By Audrey Owen
For about a decade, writing memoirs has been a rage. Writing courses use memoirs as a tool and as a product. Families ask older members to write memoirs. Psychologists use memoirs to help clients understand their lives.
The French word memoire simply means memory. In literature, the memoir is a reflection on memory.
It is not an autobiography. An autobiography tells a life story from the point of view of the writer. A memoir explores the writer’s memory of other people or events. Although it is more than “important people who knew me,” that phrase helps me to remember what a memoir is. It is my reflection on the things or people that influenced me.
It is focused either in time or place. The autobiography spans a lifetime. The memoir narrows the view.
A powerful memoir consists of highlights that point out an underlying theme. The highlights are linked in a story form, similar to fiction, with an emphasis on why something happened or on a resolution to a problem. Meaning is paramount.
Although the memoir follows a story form, it has a particular voice. It should sound like the writer is speaking. The tone is balanced between formal writing and a strict recording of speech.
There are many approaches to writing memoirs. You may start with the theme and review your life, looking for support for your idea. Or you may list the facts of your life and cluster them under possible thematic headings. In both cases, some organization will help you to ensure you have used everything at your disposal.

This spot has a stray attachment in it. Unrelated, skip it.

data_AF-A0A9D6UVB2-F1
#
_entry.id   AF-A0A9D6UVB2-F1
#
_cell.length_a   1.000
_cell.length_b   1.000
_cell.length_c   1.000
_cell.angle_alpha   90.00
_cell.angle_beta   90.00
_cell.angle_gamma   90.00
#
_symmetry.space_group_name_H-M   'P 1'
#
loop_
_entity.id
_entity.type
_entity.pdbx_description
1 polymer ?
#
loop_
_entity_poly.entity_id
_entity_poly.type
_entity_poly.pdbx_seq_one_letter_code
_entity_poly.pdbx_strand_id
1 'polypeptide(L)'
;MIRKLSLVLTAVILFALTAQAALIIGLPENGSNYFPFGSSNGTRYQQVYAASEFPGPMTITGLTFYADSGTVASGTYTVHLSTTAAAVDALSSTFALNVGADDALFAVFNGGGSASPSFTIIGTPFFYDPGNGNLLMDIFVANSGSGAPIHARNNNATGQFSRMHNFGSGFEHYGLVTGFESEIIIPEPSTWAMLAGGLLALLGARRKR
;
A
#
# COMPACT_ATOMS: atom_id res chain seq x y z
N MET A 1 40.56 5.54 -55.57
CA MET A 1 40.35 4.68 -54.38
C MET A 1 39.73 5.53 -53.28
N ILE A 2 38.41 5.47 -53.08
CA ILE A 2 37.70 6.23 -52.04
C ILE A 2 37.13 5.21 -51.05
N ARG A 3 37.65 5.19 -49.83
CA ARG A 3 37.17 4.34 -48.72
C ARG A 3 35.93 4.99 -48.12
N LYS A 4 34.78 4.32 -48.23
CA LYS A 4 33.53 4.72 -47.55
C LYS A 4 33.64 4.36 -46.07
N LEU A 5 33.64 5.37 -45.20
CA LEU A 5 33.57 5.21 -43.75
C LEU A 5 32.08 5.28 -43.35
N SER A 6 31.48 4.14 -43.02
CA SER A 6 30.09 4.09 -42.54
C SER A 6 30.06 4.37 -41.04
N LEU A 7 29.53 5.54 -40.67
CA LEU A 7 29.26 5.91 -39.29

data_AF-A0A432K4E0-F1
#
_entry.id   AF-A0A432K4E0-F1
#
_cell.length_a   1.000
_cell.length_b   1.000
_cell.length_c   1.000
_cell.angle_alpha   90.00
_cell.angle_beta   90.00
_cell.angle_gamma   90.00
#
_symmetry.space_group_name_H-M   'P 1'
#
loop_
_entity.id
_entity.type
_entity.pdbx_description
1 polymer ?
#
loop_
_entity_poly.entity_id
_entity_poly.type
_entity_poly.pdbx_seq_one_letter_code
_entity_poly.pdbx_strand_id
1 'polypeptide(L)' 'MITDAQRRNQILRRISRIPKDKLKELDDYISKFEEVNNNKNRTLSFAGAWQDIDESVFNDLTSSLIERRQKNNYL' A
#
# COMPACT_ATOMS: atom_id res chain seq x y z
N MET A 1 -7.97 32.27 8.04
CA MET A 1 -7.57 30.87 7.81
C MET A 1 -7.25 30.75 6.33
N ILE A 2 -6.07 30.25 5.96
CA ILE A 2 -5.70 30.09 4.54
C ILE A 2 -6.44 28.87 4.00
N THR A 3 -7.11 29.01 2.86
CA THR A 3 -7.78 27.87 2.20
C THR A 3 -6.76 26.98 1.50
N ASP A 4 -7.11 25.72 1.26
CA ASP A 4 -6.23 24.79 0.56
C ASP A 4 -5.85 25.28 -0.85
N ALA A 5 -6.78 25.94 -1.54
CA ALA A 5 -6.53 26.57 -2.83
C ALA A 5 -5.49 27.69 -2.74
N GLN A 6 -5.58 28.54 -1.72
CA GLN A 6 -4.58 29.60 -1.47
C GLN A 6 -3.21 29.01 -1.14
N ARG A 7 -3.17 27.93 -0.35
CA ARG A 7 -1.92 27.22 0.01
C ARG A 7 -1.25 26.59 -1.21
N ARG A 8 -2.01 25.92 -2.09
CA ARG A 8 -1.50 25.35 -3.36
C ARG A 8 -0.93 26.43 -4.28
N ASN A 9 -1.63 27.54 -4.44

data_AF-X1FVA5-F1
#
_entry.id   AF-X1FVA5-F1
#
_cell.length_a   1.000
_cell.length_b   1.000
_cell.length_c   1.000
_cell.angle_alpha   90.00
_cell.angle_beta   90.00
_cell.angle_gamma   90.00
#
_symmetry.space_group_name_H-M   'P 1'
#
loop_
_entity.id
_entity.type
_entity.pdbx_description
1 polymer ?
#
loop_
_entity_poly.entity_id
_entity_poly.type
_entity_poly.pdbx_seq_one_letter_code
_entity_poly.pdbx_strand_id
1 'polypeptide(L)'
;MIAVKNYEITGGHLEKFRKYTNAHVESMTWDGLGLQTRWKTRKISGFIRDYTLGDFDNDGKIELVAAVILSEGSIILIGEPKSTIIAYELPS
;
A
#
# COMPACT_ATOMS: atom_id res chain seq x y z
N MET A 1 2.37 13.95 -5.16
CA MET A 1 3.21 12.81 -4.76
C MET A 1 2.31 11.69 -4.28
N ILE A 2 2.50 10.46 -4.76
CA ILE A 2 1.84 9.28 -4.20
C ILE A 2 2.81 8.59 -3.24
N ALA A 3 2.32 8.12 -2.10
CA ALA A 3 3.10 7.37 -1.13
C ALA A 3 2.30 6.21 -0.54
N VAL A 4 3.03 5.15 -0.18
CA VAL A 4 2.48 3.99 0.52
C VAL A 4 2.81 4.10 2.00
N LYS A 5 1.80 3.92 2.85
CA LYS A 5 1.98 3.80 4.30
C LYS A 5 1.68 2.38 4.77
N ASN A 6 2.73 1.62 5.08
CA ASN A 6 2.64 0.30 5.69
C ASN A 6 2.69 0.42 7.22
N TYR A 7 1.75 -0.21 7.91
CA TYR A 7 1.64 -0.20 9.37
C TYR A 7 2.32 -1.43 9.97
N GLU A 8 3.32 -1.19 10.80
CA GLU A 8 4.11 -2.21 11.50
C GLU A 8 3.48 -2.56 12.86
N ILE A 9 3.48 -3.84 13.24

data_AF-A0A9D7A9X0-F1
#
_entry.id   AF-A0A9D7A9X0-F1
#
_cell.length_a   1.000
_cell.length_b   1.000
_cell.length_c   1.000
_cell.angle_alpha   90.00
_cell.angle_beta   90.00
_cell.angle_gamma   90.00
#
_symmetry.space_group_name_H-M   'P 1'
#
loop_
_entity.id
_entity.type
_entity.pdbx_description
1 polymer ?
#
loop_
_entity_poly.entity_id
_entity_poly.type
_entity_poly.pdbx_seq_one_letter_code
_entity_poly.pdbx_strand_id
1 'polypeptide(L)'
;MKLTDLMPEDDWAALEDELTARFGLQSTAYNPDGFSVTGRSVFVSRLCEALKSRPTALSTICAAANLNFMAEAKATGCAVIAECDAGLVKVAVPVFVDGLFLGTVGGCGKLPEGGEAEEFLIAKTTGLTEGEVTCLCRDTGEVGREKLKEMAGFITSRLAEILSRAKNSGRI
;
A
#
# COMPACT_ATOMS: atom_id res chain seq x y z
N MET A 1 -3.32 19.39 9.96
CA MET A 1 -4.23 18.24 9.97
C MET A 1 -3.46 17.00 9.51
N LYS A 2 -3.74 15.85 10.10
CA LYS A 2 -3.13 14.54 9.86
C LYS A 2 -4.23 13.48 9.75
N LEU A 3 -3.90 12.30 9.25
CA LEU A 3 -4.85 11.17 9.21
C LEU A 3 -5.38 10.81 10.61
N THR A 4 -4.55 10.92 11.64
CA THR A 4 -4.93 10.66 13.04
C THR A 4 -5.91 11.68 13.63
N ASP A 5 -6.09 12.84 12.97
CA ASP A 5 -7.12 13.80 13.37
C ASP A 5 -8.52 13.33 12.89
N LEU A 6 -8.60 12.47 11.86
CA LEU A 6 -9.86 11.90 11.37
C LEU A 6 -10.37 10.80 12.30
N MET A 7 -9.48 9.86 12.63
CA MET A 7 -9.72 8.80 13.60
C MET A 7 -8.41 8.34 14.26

Use a separate page to list important people, important places, important times, important emotions, jobs, hobbies, activities, service clubs, and any other facts that seem important in your life. Take time to reflect on each one. What does each mean to you? What lessons have your learned? What do you want to pass on? How does your remembered life link to the world today?
Take time to reflect on the lists you’ve made. Some people put each item on a separate note card and spread them out on a table or floor, arranging and rearranging them until they make sense. If you do this, you can color code items that fit particular themes. Save the cards you don’t use. They will make another book on another topic.
Be sure to research facts before you write. You may also need to research during and after your writing. Memories are fallible and you do not want someone to disregard the message of your book because you gave the wrong year or month for an event.
You will also want to be sensitive about whether and how you expose the weaknesses of others. Some memoirs require an exposé. Others can do their work without baring it all. Only you can decide how far to go.
Henry David Thoreau said, “What lies behind us and what lies ahead of us are tiny matters compared to what lives within us.” As you write your memoir you take what lies behind you, filter it through what lives within you, and inform what lies ahead for you and others.
If you have written a memoir, take advantage of the sample edit available here.